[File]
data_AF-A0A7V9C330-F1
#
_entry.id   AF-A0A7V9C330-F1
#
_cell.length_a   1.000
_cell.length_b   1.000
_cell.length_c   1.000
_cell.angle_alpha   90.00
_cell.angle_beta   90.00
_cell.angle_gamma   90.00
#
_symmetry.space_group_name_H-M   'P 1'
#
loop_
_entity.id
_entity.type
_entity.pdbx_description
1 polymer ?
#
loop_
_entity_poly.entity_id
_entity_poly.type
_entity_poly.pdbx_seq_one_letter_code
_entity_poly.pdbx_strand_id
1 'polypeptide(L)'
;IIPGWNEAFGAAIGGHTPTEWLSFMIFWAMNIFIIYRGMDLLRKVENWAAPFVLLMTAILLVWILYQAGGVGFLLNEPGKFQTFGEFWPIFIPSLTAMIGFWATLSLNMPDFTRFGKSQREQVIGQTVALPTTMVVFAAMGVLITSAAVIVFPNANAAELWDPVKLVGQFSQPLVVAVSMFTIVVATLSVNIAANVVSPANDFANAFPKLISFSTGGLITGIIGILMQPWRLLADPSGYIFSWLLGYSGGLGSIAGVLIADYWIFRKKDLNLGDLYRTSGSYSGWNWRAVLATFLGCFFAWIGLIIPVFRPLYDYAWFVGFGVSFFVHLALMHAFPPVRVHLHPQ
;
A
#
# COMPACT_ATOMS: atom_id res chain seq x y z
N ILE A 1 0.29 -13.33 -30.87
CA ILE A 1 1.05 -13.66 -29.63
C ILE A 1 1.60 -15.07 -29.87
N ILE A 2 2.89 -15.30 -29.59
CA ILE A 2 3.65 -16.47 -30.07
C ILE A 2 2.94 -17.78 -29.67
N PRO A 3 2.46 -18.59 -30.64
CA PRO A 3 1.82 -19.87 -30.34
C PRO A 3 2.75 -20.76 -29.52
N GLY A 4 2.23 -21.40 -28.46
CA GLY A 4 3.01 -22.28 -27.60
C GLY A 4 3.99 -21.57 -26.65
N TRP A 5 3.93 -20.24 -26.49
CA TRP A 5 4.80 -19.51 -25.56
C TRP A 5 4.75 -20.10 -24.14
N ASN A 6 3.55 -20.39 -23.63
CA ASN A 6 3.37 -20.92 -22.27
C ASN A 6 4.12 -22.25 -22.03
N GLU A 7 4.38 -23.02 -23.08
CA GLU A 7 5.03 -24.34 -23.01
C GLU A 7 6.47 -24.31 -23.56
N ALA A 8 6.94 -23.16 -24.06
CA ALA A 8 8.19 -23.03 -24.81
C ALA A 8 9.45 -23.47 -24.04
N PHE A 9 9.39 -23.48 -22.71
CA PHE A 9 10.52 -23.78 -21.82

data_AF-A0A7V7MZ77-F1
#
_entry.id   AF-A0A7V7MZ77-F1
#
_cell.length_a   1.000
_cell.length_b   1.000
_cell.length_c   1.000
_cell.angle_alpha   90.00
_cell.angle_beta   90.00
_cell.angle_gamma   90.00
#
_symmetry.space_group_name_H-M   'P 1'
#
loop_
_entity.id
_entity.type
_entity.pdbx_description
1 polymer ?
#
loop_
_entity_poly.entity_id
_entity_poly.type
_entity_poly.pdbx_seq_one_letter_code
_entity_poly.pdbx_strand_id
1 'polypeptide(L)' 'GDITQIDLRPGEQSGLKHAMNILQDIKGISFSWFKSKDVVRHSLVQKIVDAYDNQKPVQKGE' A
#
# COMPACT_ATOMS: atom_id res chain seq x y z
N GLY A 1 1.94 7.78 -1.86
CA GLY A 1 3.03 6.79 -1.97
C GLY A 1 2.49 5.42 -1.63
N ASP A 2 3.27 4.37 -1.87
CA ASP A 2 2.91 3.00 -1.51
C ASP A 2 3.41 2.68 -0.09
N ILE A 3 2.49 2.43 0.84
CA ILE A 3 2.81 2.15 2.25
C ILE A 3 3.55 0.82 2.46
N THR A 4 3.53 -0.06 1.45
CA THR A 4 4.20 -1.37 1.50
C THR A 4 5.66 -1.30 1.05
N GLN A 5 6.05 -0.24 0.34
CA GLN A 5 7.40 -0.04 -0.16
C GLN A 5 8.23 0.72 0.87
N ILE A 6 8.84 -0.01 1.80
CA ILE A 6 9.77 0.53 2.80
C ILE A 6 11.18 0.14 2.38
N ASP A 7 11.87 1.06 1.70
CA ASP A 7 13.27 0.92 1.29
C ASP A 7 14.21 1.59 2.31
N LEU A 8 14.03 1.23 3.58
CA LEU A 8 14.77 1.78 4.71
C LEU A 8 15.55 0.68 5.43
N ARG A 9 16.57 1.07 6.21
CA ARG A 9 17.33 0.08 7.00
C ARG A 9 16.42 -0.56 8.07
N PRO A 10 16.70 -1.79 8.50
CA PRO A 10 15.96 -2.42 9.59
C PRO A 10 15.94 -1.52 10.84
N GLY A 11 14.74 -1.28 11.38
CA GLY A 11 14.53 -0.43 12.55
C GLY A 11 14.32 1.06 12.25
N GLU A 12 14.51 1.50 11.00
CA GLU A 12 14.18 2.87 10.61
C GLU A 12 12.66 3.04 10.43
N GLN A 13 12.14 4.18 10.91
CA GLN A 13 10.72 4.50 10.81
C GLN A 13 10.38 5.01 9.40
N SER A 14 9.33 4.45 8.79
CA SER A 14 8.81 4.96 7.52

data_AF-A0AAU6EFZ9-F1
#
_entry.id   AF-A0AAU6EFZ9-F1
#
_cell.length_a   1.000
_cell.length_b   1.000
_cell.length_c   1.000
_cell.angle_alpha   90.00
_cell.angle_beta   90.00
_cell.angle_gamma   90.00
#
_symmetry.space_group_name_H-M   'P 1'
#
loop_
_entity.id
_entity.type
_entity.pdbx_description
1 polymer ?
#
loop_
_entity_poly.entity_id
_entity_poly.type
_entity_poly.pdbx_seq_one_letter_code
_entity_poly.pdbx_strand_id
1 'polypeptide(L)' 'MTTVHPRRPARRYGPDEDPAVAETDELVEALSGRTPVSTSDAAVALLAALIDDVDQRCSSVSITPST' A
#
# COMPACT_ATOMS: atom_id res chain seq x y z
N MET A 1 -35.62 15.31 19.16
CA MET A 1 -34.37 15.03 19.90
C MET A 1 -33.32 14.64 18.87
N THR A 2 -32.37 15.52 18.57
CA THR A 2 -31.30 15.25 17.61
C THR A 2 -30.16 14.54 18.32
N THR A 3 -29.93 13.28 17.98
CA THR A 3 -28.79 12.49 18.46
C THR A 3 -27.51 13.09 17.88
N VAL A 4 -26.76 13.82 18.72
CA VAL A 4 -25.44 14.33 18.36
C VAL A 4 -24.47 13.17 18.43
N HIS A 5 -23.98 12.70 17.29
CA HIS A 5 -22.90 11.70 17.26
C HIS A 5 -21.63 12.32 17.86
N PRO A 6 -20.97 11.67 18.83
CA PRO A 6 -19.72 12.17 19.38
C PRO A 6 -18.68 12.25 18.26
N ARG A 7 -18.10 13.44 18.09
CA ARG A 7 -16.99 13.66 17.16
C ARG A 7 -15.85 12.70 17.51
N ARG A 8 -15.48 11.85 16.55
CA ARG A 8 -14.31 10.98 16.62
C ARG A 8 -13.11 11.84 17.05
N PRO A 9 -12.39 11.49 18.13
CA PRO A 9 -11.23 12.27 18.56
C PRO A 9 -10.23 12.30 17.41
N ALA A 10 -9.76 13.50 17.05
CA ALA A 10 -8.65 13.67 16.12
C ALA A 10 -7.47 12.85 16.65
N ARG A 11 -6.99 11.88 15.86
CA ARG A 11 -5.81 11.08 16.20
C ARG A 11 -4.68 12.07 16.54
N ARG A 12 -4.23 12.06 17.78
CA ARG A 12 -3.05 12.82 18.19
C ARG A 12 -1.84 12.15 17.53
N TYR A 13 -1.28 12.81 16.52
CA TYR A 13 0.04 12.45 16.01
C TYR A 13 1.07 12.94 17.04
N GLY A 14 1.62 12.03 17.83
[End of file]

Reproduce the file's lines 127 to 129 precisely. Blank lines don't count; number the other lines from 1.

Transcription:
_entry.id   AF-A0AAU6EFZ9-F1
#
_cell.length_a   1.000